Approaching Poetry in your English Literature GCSE exam: Section B: Comparing Poems

Section B – Comparison of two Anthology poems

The question in Section B will ask you to compare two poems from the fifteen which you have studied. The examination paper will choose one poem; you must choose the other.

Preparation is key! It is absolutely vital that you are comfortable and familiar with all the poems. This is no mean feat, so do take it seriously. This is a tricky examination and students (and teachers!) are understandably a little nervous about this. Read through the poems until you are sure of each one. Can you confidently explain the structure, form, imagery and themes in each one? Have you learnt some key quotations for each and every poem?

  • Quick Quiz

Love and Relationships
(1) Which of the poems are about marriage?
(2) Which of the poems are about love between parents and children?

Power and Conflict
(1) Which of the poems consider the power of nature?
(2) Which of these poems are written after the conflict?

If you can, ask a friend or relative to help you revise. Give them a list of the poems you have studied and ask them to read it to you. Give a brief synopsis of each poem.

  • The Question
    Your question will be something like this:

Love and Relationships
‘Compare how poets present the idea of romantic love in ‘Love’s Philosophy’ and in one other poem from your cluster’.


Power and Conflict
‘Compare how poets present the idea of power in ‘Ozymandias’ and in one other poem from your cluster’.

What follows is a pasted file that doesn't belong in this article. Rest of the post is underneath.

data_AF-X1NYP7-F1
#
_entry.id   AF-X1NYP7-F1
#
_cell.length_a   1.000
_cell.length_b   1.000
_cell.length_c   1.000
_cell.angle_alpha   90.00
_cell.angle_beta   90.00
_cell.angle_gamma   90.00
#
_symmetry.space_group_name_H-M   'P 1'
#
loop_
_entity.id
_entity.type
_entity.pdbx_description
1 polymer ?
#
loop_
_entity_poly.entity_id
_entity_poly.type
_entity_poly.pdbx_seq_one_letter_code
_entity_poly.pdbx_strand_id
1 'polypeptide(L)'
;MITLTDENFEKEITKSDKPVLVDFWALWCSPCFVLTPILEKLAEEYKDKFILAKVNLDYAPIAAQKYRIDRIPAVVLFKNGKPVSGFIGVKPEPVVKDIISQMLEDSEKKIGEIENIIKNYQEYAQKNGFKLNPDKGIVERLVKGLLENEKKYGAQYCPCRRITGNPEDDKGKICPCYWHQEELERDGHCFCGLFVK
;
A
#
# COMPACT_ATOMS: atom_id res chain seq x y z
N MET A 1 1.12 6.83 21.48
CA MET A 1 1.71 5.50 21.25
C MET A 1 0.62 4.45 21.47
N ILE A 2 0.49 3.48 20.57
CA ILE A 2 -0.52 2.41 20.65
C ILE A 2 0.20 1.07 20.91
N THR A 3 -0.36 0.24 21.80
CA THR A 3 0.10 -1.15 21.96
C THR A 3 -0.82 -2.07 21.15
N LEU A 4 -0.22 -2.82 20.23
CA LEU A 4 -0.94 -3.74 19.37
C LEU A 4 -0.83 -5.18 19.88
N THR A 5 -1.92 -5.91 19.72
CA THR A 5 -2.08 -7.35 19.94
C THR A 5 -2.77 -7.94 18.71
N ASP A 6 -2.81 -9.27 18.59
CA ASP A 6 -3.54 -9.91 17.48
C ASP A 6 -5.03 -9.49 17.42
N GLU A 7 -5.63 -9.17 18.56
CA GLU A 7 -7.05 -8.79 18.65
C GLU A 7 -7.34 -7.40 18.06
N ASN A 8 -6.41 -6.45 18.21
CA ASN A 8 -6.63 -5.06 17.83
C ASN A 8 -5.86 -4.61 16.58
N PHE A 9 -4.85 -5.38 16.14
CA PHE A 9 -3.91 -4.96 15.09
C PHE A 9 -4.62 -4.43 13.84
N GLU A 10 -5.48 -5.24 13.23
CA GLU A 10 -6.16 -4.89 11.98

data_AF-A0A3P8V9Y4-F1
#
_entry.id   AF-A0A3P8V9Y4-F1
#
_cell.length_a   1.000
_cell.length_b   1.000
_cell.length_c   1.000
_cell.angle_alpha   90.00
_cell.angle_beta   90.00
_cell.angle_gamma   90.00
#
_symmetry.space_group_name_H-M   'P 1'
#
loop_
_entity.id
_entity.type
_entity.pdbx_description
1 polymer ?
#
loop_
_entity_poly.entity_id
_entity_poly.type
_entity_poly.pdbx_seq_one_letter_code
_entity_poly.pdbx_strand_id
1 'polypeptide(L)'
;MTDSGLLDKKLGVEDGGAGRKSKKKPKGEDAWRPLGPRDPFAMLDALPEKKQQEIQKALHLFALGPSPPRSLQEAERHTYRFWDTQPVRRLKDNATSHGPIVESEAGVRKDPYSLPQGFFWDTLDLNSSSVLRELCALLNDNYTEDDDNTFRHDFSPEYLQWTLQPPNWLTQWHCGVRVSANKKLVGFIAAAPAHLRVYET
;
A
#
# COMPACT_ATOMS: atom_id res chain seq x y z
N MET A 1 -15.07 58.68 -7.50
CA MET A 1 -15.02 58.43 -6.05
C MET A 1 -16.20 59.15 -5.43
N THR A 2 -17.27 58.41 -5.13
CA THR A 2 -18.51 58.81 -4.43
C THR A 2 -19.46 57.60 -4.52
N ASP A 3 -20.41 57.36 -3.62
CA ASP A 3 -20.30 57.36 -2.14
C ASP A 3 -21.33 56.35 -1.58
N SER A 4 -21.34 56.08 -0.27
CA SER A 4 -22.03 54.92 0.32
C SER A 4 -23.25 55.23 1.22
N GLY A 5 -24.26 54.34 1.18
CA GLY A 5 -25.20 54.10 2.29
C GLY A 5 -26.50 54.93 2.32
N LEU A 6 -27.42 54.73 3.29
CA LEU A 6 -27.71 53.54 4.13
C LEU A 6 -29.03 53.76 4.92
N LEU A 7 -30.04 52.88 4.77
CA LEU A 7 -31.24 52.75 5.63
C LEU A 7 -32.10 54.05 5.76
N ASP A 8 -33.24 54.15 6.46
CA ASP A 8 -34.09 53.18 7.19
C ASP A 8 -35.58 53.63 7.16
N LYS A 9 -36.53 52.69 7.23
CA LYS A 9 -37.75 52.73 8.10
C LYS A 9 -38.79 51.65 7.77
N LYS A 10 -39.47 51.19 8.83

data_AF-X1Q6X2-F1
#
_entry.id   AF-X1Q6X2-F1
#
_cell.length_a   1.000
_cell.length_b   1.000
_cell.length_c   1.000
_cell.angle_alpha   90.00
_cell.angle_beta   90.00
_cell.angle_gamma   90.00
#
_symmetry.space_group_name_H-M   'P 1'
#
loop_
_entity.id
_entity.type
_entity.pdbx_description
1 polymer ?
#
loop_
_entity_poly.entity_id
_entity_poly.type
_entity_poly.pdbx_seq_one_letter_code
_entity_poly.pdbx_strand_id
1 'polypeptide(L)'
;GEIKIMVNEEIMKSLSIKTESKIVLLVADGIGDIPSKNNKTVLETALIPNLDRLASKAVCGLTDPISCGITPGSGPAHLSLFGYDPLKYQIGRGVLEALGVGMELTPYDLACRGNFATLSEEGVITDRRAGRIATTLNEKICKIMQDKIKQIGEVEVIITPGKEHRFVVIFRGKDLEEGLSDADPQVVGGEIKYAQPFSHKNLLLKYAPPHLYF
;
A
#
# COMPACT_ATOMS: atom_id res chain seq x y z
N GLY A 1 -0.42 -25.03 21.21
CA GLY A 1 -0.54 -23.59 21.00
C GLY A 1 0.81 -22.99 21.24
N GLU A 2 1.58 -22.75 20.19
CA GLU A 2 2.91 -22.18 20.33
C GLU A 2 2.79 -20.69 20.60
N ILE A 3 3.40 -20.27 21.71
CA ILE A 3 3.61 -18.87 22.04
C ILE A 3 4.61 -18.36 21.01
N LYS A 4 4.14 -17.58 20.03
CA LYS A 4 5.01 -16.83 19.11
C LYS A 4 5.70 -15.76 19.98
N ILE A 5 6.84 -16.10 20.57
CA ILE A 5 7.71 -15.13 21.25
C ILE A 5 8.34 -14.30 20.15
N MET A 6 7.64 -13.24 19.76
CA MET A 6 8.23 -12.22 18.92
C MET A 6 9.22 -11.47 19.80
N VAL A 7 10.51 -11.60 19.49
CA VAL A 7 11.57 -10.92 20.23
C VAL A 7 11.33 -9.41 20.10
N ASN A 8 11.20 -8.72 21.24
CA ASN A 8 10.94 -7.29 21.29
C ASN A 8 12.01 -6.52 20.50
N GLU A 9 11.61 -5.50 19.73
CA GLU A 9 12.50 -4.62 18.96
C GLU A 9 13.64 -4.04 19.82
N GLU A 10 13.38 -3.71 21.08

• Planning your answer

Look carefully at the question and consider what is being asked. You will have the text of the poem in front of you. So what ideas of romantic love are presented in ‘Love’s Philosophy’? You will need to look at the language, structure and form. Consider also the wider context of the poem, e.g. Shelley as a romantic poet. Annotate your poem quickly. Remember to focus on the question being asked. You are not being asked merely to analyse the poem, but to prepare a considered, conceptualised response.

Once you have annotated the first poem (spend about five minutes on that), turn your attention to choosing a second poem. You will not have the full poems in front of you, but you will have a list of them you can read through. Look for comparisons and similarities. Which of the other Relationships poems focus on romantic love? Which of the Conflict poems discuss power? Give yourself a couple of minutes to decide this (and then stop thinking about it and move on!). From memory, jot down key features (language, structure, form and context) of the second poem. How does the poet present ideas about romantic love/power in the poems?

You now have your two poems and notes about each of them. Spend an additional five minutes drawing together a plan. You should aim for about three or four good paragraphs. It is important to not just list the features of the poem; you must explain why they are there and the impact they have. Skilled answers will move beyond a basic comparison and begin to create a conceptualised narrative considering the question of, for example, romantic love/power.

And Finally… Start Writing! A question like this will probably require 10-15 minutes serious planning. A good plan on your exam paper shows the examiner that you understand the question, have considered your answer and you know where you’re going. If you start to edge towards the 15-minute mark, however, it is time to move on. You have revised for this, you have learnt all your quotations and you have prepared a solid plan. Now you need to start writing!


A final blog, on approaching Section C, the Unseen question, will be published on this site next Thursday.